Scams!

A good one came in on the wire this morning. When I say 'wire' I mean facebook. Someone called Cynthia contacted us, from 'WCTR Radio Chicaco.' She informed us that she enjoyed one of the tracks we posted, and to e-mail her.
Richie got back to her, and received a pretty boiler-plate sounding response.
He had asked if she would like us to send her a promo-CD, or the digital press kit for Na Rosai, but she didn't seem interested.

Cynthia,
Thanks for the kind words on our FB page. Please let us know if you’d like a copy of the album to play on your station. As an alternative we can also provide our digital press pack with mp3 versions.
Best wishes,
Richie

Three minutes shy of two hours later, we receieve:

Hi Richie,

Thanks for checking in. You’ve got a good thing going and I’d like to help you get to the next level.

Aside from the major record labels, there are other organizations that can help you to secure significant airplay. Lately, we’ve been receiving some of our best music from The Akademia Music Awards. This company is covering the cost to get artists not only on WCTR Chicago, but on an extended network of stations worldwide. Therefore, you may want to consider submitting your music to them at www.theakademia.com. Just a thought.

I hope that this is helpful. Please keep me posted on your success and thanks for tuning in!

Sincerely,

Cynthia Miller
Program Director
WCTR Radio Chicago
www.wctr-radio.com

This seems fishy enough. A radio station promoting, what appears to be, a different organization. The Akademia apparently has some talent contest, with lots of generic looking artists in bad PR shots, all over their early 2000s style website. The interesting spin on this contest is that you pay to enter it. You probably win, regardless, and they play you ad infinitum, on their silly sounds streaming server. I'm aware that competitive step dancers pay to enter competitions(Their parents pay, rather. Their parents also buy them those wacky dresses and the funny wigs) but I'm not about to shell out some money to someone running a website from 2003.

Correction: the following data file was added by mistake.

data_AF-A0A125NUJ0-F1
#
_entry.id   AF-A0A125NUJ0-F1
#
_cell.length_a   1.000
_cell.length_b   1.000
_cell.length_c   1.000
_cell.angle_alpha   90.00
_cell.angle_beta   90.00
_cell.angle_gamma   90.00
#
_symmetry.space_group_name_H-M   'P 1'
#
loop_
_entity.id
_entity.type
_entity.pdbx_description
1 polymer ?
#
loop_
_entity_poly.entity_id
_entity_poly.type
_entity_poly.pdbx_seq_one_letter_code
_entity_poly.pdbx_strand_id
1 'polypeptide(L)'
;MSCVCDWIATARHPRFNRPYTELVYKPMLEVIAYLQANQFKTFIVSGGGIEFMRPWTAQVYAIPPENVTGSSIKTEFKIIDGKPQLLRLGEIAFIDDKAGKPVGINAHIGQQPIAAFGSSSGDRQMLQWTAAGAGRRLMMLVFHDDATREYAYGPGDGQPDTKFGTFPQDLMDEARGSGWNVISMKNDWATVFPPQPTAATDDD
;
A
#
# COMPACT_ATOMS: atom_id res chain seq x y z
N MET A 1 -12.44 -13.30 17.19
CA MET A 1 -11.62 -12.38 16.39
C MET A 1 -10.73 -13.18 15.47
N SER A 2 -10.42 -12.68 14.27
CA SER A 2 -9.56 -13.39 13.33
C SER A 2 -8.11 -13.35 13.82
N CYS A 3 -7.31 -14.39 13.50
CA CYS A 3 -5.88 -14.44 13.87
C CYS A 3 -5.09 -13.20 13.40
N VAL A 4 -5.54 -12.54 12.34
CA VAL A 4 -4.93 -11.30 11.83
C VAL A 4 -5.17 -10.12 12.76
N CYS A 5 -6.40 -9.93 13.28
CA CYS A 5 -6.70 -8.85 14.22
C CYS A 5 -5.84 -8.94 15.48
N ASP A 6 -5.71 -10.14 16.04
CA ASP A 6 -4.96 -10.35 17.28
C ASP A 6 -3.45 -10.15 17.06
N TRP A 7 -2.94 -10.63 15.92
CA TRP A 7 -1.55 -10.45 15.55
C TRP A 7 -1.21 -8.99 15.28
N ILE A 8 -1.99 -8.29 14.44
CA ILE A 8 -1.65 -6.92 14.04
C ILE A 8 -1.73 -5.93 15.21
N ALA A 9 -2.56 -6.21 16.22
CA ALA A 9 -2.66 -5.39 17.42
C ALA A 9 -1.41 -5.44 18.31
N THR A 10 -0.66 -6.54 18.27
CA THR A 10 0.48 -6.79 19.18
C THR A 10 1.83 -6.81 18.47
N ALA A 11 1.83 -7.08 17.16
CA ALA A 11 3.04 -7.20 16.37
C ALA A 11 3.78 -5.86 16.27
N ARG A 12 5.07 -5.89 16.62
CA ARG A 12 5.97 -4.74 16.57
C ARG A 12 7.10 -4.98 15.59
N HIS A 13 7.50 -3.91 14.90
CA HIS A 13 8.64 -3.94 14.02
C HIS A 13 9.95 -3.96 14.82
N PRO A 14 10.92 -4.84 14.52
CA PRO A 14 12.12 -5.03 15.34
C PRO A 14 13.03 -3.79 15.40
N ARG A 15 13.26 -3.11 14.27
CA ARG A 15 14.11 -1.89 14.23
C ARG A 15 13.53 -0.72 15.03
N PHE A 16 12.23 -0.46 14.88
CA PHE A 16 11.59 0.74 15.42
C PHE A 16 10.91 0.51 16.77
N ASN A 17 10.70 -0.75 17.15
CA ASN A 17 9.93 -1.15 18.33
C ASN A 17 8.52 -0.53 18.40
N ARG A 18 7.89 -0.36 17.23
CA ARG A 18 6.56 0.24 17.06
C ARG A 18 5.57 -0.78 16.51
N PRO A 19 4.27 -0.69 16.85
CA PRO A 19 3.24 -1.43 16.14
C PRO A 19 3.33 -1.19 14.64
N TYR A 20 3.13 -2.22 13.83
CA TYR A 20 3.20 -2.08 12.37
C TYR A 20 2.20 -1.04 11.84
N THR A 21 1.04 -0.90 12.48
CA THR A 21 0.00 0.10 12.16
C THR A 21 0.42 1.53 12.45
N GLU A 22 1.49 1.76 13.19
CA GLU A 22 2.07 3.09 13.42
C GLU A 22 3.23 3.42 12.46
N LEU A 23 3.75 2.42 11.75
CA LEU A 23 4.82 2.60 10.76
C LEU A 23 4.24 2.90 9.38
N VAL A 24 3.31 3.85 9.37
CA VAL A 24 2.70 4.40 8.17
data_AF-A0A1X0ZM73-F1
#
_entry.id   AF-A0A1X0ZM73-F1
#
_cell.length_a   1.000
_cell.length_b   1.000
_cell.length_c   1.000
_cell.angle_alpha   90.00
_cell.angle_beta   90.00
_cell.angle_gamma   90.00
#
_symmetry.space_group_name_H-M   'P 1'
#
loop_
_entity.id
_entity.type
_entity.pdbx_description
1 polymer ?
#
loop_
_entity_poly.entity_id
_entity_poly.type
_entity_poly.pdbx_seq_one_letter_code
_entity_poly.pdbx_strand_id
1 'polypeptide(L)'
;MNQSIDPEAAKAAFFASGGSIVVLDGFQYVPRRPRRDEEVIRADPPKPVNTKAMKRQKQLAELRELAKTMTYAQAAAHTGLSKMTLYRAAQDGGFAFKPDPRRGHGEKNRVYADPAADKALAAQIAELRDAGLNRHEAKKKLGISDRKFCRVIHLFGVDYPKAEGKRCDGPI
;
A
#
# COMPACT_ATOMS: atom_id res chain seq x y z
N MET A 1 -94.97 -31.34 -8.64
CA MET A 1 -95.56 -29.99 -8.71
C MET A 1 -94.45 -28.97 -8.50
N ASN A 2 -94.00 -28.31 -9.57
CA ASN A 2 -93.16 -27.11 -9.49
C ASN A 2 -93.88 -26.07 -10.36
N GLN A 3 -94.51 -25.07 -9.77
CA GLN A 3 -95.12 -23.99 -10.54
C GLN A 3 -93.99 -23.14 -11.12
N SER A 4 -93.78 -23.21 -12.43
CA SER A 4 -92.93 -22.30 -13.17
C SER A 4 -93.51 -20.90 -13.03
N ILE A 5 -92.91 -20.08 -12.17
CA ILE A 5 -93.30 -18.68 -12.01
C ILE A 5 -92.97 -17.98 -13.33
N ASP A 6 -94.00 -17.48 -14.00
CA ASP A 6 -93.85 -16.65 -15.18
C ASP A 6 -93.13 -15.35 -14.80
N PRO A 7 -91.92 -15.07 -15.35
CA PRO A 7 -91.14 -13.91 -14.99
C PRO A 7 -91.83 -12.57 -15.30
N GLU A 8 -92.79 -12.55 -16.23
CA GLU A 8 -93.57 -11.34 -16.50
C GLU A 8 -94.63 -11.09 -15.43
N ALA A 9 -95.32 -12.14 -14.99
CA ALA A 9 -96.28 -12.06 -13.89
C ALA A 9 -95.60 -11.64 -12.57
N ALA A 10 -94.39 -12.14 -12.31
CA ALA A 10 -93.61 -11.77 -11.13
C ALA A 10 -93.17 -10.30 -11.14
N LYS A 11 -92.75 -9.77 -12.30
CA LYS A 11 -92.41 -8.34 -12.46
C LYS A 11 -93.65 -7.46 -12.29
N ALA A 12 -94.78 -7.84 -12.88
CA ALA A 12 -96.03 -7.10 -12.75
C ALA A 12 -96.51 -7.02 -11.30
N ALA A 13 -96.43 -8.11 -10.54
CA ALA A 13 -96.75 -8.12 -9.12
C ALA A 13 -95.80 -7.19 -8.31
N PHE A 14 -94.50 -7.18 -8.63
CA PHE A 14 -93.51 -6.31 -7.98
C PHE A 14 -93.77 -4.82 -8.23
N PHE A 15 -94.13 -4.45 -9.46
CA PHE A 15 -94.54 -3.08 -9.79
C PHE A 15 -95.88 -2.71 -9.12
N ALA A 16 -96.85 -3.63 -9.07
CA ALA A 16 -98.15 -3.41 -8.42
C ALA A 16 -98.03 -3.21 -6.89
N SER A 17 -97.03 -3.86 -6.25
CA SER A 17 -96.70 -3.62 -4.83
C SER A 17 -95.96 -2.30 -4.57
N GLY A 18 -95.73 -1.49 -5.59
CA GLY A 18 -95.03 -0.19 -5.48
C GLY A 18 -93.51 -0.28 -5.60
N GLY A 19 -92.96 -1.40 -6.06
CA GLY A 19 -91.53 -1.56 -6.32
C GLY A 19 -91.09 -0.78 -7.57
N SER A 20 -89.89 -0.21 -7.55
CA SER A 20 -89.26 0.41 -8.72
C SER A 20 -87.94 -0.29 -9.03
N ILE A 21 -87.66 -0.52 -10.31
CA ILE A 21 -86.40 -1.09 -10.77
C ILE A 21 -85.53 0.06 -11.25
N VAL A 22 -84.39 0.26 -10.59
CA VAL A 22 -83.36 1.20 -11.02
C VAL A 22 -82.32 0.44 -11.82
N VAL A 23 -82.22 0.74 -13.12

I looked up this Chicago radio station. The WCTR site is another, hideous explosion of color. The Earth in the background covered in a lit-mesh of purple. It turns out, there is no radio station. The call letters aren't even registered with the FCC, as they wouldn't need to be; no one is actually broadcasting FM radio. They have a small flash box which plays, I suppose on repeat, a list of artists who probably paid for their award from Akademia. I listened for a few minutes, before I didn't want damage my brain any longer. This flash box happens to be the only part of the website that even does something. There's a video section, which is just the standard page, with no modification, no video. There's a contact page, which is just the standard page, with the contact info for our pal Cynthia.

This is one of many sites all registered to the same anonymous group, as revealed by whois results. I went to another of their 'radio stations' WNYR. Same format site, different graphics, same playlist. All of these 'radio stations' are controlled by the Akademia thing, so when Cynthia tells us 'This company[The Akademia] is covering the cost to get artists not only on WCTR Chicago, but on an extended network of stations worldwide.' it's quite misleading. They're all very much the same site, by the same people. They're not radio stations. You won't actually get any real publicity from any of this, unless like me, you actually listen to some of the streaming server playlist.

Long story short: It's just some scam.

Here's a great Reddit thread about it, where the owner of The Akademia himself, Anwar Najmi, has a less-than-successful battle with the various redditors chiming in.

Hopefully, if anyone searches to find if this is a scam, they'll find this blog, or the various other places where The Akademia has been dismissed as perhaps not fraudulent, but merely one of those 'just not true' phenomena we come across so often on the internet.

To finish, admire his skills at bustin a jam, or whatever it is they're trying to do here: